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Marc Cuniberti: Medicare time is here

Medicare time is upon us and as a licensed insurance agent I can write the policies myself. Although Medicare is part of my continuing education for my life and health certifications from the Department of Insurance, the brief material on Medicare was not enough for me to make an educated selection. I therefore joined up with an insurer who offers the supplements and I am now knee deep in materials.

Since I am approaching that qualifying age of 65, I ask folks what Medicare plans they have selected.

To my surprise, many don’t know what exact Medicare options they have selected. That being said, it makes me wonder why so many people don’t understand what they have.

Either they are not taking adequate time to learn Medicare, or whoever they are asking for help are not explaining the options very well. Whatever the case may be, understanding the basics and what is available is time well spent.

Medicare has gone through many changes.

Medicare has gone through many changes. There are the government basic plans offered direct through the government and then the supplemental plans called Medi-Gap and Medi-Advantage. These fill in the holes not offered by Plans A and B. Different plans and options can address individual situations.

To begin with, all plans are designated by alphabetical letters.

Medicare part A and part B are the government offered coverages and everyone starts with these.

Generally speaking, A is for hospitalization needs and generally covers inpatient hospital stays, skilled nursing care, hospice care and limited home health-care services. B is for doctor needs and helps pay for services from doctors and other health care providers, outpatient care, home health care, durable medical equipment and some preventive services. A is free for the most part but can have some payments required such as a deductible. B is not free but dependent on one’s income and like A, can also have required out of pocket expenses.

Then rest of the parts of Medicare you must procure through private insurers.

These insurers, of which there are many, must adhere to certain guidelines set by the government.

These insurers sell plans called “supplemental” plans commonly referred to as Medi-Gap plans. These gap plans cover things that Plans A and B do not. There is also is the hybrid Medicare part C, called Medi-Advantage, which stands alone on how it works.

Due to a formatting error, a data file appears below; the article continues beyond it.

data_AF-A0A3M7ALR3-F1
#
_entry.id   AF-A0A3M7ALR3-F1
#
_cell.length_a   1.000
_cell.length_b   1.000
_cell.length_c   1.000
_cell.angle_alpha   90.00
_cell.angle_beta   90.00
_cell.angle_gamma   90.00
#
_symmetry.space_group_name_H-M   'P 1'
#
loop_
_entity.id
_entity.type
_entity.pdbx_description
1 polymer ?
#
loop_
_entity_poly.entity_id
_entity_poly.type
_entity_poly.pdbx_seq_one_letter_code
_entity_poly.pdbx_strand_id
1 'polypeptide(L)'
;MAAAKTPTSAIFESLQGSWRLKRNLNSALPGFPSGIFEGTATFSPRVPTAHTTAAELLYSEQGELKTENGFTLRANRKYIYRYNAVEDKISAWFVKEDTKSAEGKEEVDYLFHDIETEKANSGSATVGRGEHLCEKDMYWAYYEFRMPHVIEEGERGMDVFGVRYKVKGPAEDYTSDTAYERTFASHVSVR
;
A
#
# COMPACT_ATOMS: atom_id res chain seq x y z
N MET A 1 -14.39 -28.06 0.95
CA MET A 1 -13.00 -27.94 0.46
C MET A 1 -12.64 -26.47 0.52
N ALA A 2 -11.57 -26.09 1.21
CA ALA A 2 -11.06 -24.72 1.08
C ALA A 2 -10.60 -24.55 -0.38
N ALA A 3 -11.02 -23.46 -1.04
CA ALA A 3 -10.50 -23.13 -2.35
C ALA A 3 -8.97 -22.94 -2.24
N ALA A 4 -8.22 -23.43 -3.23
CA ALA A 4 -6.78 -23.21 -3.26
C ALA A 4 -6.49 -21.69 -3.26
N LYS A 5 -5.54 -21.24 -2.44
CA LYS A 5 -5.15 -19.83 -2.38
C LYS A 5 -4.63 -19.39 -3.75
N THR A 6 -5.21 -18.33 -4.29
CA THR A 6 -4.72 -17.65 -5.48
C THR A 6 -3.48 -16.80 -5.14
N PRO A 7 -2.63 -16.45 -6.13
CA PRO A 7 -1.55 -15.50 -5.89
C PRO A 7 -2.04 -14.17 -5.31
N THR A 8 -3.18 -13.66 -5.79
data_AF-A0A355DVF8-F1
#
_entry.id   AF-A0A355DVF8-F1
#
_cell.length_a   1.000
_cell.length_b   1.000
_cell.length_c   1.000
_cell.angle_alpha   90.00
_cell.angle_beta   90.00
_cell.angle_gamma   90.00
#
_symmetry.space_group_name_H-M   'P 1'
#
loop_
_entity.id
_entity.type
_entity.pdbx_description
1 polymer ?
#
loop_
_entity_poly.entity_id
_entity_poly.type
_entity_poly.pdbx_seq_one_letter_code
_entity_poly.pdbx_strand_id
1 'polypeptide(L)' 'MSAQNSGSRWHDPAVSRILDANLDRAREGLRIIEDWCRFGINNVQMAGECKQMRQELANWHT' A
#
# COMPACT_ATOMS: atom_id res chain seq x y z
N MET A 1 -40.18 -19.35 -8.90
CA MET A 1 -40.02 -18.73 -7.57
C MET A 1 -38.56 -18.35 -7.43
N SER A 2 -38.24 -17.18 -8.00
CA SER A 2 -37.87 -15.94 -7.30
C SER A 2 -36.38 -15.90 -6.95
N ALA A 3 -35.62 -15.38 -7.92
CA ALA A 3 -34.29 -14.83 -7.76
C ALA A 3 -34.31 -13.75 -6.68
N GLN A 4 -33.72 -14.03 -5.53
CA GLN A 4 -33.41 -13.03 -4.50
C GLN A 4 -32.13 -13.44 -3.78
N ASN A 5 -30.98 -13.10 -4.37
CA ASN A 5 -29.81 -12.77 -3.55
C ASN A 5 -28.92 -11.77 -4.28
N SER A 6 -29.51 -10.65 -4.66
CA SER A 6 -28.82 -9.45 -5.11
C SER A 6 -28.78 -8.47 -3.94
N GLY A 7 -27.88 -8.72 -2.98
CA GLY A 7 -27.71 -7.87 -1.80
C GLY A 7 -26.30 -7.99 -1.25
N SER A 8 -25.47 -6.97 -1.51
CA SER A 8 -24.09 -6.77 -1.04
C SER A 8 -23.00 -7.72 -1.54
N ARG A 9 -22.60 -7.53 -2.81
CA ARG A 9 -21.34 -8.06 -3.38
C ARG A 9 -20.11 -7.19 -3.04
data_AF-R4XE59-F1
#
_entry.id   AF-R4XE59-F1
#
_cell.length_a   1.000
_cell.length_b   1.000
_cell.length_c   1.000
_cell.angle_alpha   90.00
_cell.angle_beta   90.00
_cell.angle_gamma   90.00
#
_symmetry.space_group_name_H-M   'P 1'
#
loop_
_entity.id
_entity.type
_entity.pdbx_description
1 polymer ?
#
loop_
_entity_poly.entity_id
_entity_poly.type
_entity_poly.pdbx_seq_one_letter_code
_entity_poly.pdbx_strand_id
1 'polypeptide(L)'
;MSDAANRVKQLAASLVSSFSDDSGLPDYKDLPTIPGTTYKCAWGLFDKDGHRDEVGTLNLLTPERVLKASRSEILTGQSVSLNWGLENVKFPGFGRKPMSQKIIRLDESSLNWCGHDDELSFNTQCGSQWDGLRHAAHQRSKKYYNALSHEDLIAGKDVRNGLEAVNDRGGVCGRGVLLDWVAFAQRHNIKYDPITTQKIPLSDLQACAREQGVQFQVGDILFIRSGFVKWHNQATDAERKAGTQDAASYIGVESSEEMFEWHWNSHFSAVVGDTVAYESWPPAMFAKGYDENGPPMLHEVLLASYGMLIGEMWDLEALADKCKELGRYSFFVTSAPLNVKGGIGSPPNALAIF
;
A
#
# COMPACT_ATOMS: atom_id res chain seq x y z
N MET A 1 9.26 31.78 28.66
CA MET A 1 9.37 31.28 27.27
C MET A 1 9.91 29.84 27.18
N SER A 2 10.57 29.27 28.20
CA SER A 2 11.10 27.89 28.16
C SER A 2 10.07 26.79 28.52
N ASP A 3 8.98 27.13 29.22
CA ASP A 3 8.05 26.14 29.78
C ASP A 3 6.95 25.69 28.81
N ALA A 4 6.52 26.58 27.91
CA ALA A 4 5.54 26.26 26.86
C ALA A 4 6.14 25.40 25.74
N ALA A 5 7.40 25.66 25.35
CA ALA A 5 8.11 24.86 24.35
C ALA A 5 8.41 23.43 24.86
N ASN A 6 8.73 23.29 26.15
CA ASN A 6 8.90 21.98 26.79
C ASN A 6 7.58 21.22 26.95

In simple terms, once you get plans A and B, you either get a supplement plan(s), or Medi-Advantage part C, but not both.

Which plans and options one can choose is also dependent on where one lives.

If it sounds confusing, that’s what I thought. And truth be told, it’s probably why many folks I talked to didn’t know exactly what it is they bought.

And although the government stipulated plan benefits must be identical no matter what insurer you buy it from, the authorities did not stipulate they all have to offer them to you at the same price. In other words, you could pay more for the exact same plan depending on the insurer you buy it from.

Depending upon how many ills one might have, how often you go to a doctor, how many prescriptions you may have, if you want to keep your current medical providers or not, and balancing your monthly premium desires with your out of pocket expenses expectations, this will all lead you in the direction of selecting the best plan for your situation. To select the best and most affordable plan for your situation it will likely require some hours spent in front of the computer. Although special circumstances will mean automatic enrollment and age exceptions for some, in general, there is an enrollment period that starts three months prior to your 65th birthday and ends three months after the month of that birthday.

Missing this enrollment period can lead to problems, so don’t overlook it. You likely won’t have to be reminded as your mailbox will start to fill with offer after offer from Medicare providers as you approach your 65th birthday. As always watch for scams and double check everything before you buy as changing plans later can have restrictions. Newbies can start by visiting http://www.medicare.gov. Finding a Medicare specialist insurance agent will also help in your final selections,

This article offers the opinions of Marc Cuniberti only and does not necessarily represent those of any news media, its staff, members or underwriters. Content or statements are not guaranteed. Mr. Cuniberti holds California Insurance License #0L34249. His website is moneymanagementradio.com. He can be reached at 530-559-1214.


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